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Love blossoms in the playpen

Europe. Italy. Italy, courtesy of Romeo and Juliet, has a lasting reputation as the home of young lovers, but even Shakespeare might be surprised to learn that today's Italians are falling in love with each other at the tender age of three, writes David Newbold.

The results of a study by sociologist Francesco Alberoni and a team of researchers from IULM university in Milan show that by age 10 (fourth year primary school) 77 per cent of boys and 83 per cent of girls have experienced "falling in love". The first experience of strong heterosexual attraction comes in the pre-school years, at age three or four, at around the same time that the child begins to make friends.

Educational psychologists interviewed 450 pre-school and primary school children from north and central Italy and discovered that experiences referred to by infants had much in common with those described by adolescents and adults. There was no difference between the way boys and girls described the experiences.

Visible signs do not surface until around age seven, when the child fears rejection and, as Professor Alberoni puts it, "shyness bursts onto the scene". Sweating, blushing, and increased heartbeat are the result. "At this age children still have a transparent personality," he says, "and they are unable to stage a seduction."

Professor Alberoni is well known to Italians. He has a front-page slot every Monday in the best-selling daily Corriere della Sera, in which he lays bare the vices of contemporary Italians, especially those which concern relations between the sexes - an unfailing topic of interest. The results of the survey have been hurriedly published in a volume entitled Primo amore (First love) which is already on the best-seller list.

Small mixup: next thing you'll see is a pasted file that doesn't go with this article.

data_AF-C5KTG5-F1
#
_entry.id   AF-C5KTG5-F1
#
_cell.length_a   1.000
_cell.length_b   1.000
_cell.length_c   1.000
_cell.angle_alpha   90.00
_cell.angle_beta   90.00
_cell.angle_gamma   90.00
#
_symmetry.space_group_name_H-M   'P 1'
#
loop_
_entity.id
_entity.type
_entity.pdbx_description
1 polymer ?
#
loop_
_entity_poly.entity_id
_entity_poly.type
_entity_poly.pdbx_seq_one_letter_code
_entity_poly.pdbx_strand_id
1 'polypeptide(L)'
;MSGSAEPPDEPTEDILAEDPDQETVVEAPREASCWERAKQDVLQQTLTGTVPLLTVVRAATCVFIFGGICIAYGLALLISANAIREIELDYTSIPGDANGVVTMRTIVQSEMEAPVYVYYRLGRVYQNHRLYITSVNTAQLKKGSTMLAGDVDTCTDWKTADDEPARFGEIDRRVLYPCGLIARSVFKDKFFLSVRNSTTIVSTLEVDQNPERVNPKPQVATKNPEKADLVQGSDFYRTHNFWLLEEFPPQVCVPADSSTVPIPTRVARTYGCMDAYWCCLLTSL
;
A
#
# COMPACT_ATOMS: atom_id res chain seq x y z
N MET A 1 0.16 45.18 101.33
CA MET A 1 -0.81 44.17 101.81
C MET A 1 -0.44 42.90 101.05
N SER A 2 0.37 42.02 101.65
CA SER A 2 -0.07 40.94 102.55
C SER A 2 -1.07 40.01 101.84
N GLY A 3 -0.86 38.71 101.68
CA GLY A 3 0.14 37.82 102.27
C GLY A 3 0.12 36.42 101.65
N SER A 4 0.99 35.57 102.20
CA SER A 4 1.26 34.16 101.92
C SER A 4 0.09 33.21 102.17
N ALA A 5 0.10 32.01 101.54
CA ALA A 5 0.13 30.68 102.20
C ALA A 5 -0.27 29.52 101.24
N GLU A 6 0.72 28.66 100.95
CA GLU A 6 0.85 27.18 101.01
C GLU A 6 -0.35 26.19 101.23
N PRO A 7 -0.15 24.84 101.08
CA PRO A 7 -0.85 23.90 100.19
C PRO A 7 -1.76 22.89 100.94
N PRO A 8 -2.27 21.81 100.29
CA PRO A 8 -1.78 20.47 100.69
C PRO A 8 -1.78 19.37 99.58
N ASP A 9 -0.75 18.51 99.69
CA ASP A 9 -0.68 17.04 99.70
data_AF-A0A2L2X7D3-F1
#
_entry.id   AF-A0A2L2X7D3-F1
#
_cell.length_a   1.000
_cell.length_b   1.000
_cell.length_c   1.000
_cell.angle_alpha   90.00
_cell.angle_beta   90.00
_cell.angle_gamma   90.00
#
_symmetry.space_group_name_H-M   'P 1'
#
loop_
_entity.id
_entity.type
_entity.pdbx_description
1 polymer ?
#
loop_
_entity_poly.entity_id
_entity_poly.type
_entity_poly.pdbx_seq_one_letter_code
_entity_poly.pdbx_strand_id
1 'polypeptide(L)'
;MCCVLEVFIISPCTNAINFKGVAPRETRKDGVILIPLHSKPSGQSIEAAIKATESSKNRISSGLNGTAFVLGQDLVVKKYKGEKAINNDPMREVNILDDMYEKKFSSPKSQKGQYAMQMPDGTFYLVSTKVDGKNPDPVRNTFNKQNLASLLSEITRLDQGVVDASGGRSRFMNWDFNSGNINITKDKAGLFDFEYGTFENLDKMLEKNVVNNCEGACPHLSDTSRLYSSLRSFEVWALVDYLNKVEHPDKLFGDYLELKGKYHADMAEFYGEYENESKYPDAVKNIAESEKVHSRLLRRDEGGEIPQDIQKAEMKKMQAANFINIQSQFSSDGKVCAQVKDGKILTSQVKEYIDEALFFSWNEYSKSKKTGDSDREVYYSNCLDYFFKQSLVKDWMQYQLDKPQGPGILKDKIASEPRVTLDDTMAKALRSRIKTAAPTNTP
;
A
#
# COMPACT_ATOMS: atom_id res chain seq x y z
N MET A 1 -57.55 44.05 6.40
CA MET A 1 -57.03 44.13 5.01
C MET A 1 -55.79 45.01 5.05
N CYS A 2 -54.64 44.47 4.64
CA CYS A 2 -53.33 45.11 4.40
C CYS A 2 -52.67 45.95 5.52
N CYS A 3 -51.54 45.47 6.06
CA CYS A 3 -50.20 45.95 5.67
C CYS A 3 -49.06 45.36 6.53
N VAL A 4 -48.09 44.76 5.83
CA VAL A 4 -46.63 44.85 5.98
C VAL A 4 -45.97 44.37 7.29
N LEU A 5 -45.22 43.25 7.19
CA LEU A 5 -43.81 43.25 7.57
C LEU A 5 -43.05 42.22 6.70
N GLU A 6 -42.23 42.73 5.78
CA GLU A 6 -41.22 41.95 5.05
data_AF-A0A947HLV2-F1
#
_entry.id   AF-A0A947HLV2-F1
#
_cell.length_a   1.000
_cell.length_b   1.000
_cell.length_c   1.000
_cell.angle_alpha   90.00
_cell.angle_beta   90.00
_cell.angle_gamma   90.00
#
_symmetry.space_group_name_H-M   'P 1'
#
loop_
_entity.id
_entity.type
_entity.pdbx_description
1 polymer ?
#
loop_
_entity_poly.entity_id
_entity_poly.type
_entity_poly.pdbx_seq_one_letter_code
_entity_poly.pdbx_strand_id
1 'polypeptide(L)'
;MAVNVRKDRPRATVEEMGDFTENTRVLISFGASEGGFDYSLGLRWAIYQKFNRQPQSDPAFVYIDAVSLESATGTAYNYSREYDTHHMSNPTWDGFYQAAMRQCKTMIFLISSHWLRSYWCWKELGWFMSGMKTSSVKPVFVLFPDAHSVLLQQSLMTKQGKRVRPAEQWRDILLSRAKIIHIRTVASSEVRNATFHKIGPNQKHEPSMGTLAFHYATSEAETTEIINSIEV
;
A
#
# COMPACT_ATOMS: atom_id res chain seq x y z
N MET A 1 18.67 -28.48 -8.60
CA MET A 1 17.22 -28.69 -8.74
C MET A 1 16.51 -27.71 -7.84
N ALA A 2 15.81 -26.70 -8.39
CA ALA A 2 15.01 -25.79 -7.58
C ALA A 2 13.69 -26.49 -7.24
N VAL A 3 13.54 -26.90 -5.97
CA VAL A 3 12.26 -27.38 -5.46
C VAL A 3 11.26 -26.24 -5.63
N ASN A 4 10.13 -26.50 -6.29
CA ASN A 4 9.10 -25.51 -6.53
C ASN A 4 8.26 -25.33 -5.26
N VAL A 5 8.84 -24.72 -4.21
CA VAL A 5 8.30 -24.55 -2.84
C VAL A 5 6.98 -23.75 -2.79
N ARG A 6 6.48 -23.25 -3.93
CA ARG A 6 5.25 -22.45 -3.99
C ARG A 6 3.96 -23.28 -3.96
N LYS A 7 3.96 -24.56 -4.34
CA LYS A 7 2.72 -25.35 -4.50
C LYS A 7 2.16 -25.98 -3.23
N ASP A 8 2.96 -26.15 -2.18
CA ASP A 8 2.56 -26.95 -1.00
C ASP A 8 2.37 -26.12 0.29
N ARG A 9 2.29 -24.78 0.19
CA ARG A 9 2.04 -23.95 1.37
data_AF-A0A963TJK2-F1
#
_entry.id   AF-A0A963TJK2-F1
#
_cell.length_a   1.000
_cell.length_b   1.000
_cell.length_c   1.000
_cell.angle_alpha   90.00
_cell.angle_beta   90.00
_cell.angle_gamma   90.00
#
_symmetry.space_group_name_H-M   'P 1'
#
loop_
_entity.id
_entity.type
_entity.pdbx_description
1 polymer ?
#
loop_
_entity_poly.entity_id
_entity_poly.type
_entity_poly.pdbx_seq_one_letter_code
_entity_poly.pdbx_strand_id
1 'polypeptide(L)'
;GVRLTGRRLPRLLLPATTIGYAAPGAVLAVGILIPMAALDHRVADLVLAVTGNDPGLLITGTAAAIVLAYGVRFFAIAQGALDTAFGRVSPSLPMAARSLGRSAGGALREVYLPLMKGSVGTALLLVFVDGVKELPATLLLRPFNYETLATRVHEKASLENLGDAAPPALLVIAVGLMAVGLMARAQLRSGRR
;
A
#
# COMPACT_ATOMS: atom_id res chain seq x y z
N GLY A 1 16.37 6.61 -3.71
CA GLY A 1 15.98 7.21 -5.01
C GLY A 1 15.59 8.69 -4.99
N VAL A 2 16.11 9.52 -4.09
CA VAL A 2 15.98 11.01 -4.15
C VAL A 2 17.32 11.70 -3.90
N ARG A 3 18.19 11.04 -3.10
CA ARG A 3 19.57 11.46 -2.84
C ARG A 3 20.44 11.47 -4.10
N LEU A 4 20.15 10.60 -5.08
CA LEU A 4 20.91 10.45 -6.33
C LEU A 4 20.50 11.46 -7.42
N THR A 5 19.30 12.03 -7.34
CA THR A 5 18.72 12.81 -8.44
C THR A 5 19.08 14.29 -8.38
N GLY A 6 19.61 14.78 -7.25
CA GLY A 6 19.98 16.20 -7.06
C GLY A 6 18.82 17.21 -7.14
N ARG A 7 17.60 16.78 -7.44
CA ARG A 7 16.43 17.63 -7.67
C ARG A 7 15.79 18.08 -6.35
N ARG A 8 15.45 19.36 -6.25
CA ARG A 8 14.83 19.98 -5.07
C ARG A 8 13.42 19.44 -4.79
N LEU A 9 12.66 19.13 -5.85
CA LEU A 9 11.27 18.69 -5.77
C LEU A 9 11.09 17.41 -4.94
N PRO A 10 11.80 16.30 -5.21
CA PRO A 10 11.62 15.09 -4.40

But the study also sheds light on the distinction between love and friendship. At the age of 10 almost every child (95 per cent of boys and 92 per cent of girls) said they had a best friend. The definition of this best friend is quite different from that of the love object; he or she is someone you can trust, who doesn't give away your secrets, and who plays with you most of the time, while the beloved is the person you think of when he or she isn't there, who you want to be with more than anybody else, and who makes your heart beat fast.

Professor Alberoni said the idea for the research first came to him after a number of mothers had spoken to him about the boyfriends and girlfriends of their nursery-age children. Initially he thought that parents were over-interpreting, or that children were using adult language without understanding its meaning. The findings, he now believes, show that he was wrong.

Perhaps all this early experience in Italy's rigorously co-educational state system makes for a relaxed attitude towards sex later on. British novelist Tim Parks is an inveterate Italy-watcher and a colleague of Professor Alberoni's at the IULM university, where he teaches translation. In his book, Italian Neighbours, he is mystified by the fact that his students seem untroubled by matters sexual, and that couples form with the intention of cohabiting or getting married years into the future. Parks ascribes this in part to a reluctance to leave home. But perhaps the answer lies in love's torments survived years earlier in the scuola materna.

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